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Dodgers notes: Jonny DeLuca, J.D. Martinez, Roger Craig

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Los Angeles Dodgers v Cincinnati Reds Photo by Dylan Buell/Getty Images

Jonny DeLuca made his major league debut last night, as did reliever Nick Robertson making for a rare double debut for the Dodgers.

Agoura High School coach Anthony Chevrier recalled DeLuca’s time playing for him, roughly 35 miles from Dodger Stadium.

“I remember speaking to Jonny and his father when he was a freshman and I said, ‘Man, you’re gonna play in the big leagues one day,’ ” Chevrier told Mike DiGiovanna of the Los Angeles Times. “His dad kind of giggled, but you could just tell. The physical tools, the intangibles, the decision-making skills were there. He was the complete package.”

DeLuca worked in the last few years with swing guru Doug Latta at “The Ball Yard” in Northridge. From Fabian Ardaya at The Athletic:

Latta quickly noticed what Chevrier and the Dodgers already had — DeLuca, for his size, had outlier strength in his lower half. The amount of weight he is able to move with his lower body has impressed Dodgers officials to the extent that Roberts called him “probably one of the strongest guys in the organization.” Chevrier said DeLuca was “built like a horse,” with his compact yet sturdy frame. It earned him a nickname.

“They called him ‘Quadzilla,’” Latta said.

J.D. Martinez talked to Ken Rosenthal at The Athletic about his swing changes and being patient during the ongoing process.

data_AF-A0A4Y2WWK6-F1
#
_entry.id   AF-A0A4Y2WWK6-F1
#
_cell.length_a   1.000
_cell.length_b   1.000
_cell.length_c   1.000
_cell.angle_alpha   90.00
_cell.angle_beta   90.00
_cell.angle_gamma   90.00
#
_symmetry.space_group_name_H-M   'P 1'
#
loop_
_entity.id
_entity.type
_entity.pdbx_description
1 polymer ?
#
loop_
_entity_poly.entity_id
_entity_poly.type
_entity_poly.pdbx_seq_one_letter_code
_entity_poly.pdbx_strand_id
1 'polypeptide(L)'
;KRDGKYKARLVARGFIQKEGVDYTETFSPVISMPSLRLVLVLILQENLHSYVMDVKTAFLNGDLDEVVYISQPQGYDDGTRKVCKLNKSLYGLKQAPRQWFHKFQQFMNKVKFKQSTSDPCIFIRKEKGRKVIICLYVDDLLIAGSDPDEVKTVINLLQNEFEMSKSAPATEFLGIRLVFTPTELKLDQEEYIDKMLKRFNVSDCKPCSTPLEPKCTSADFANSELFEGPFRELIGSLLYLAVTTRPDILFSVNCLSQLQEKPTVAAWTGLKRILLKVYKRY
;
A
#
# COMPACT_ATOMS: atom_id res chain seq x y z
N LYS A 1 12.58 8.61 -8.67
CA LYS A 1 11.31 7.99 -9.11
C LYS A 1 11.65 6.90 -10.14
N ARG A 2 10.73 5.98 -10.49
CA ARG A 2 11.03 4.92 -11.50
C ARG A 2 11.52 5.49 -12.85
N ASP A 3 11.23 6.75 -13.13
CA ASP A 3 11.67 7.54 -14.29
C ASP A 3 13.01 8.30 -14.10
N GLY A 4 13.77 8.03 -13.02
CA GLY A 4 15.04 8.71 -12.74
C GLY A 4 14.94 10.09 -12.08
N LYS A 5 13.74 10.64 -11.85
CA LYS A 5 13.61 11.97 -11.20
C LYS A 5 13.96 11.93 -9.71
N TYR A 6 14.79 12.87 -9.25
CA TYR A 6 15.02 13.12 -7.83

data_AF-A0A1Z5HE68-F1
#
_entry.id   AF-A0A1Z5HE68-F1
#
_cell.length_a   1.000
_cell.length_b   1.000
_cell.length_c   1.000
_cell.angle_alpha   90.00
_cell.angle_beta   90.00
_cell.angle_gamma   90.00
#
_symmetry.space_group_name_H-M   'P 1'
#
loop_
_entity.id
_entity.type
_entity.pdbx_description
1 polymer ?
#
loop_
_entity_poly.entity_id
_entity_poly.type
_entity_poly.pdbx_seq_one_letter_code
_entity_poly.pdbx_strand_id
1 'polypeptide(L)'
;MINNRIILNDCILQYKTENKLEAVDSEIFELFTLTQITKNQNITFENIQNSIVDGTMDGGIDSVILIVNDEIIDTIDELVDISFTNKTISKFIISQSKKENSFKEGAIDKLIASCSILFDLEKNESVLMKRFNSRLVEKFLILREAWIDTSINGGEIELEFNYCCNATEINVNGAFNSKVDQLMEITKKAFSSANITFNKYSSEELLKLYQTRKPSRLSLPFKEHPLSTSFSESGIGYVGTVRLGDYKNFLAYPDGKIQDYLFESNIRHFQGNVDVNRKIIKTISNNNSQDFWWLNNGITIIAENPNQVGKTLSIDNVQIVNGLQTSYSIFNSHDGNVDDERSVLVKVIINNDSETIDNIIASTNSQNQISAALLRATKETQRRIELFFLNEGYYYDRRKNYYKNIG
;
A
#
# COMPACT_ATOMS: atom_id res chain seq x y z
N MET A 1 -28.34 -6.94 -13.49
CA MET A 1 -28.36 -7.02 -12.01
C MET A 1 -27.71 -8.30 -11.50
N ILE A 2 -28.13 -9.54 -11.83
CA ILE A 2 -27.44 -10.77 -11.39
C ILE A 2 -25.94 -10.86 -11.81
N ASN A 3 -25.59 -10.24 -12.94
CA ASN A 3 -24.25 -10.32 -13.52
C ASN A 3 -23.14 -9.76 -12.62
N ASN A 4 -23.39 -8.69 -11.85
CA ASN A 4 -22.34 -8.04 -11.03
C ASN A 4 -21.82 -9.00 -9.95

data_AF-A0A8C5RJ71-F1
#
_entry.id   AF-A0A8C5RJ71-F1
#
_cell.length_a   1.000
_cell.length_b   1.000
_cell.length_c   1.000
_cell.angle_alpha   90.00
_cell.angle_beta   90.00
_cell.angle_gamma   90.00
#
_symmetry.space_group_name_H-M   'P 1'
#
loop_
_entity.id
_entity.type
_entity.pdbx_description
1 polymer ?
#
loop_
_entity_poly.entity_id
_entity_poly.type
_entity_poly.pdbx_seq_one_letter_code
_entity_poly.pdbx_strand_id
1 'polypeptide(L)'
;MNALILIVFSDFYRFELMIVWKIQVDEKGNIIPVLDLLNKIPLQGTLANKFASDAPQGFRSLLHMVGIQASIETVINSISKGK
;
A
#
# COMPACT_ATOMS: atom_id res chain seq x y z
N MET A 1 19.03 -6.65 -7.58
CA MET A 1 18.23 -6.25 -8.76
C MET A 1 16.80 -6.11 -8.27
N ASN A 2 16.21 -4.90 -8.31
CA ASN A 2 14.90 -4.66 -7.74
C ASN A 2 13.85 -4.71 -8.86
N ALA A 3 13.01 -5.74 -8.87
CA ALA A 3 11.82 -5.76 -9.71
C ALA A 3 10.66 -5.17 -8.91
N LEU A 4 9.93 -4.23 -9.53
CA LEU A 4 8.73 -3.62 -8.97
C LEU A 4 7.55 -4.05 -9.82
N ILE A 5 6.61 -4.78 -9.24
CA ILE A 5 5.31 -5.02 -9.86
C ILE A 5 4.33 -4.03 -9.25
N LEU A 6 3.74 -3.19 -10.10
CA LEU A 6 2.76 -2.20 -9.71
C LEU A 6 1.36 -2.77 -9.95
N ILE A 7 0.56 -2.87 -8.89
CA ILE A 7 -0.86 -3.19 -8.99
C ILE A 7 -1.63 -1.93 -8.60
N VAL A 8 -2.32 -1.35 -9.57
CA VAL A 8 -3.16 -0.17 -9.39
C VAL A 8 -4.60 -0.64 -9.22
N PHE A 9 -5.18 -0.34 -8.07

“It’s never just a little light switch. You’ve got to marinate it. You’ve got to marinate the steak,” Martinez told Rosenthal. “It takes time. The way I view it, you work on things, you work on things, then you plan on everything clicking in August. But you’ve got to fix all these things. I don’t think it’s one of those things where everything started feeling great.”

Jay Jaffe’s tribute to the late Roger Craig at FanGraphs included this quote from the pitcher who went from the Dodgers to the expansion Mets during his playing days: “Losing was a tremendous influence in shaping my pitching philosophy. ... I learned the value of being competitive, regardless of the circumstances. I learned the value of positive thinking and the power of self-esteem.”

Stephanie Apstein at Sports Illustrated wrote about the A’s “disaster,” and how Major League Baseball is bending over backwards to help the team grease the skids in leaving Oakland.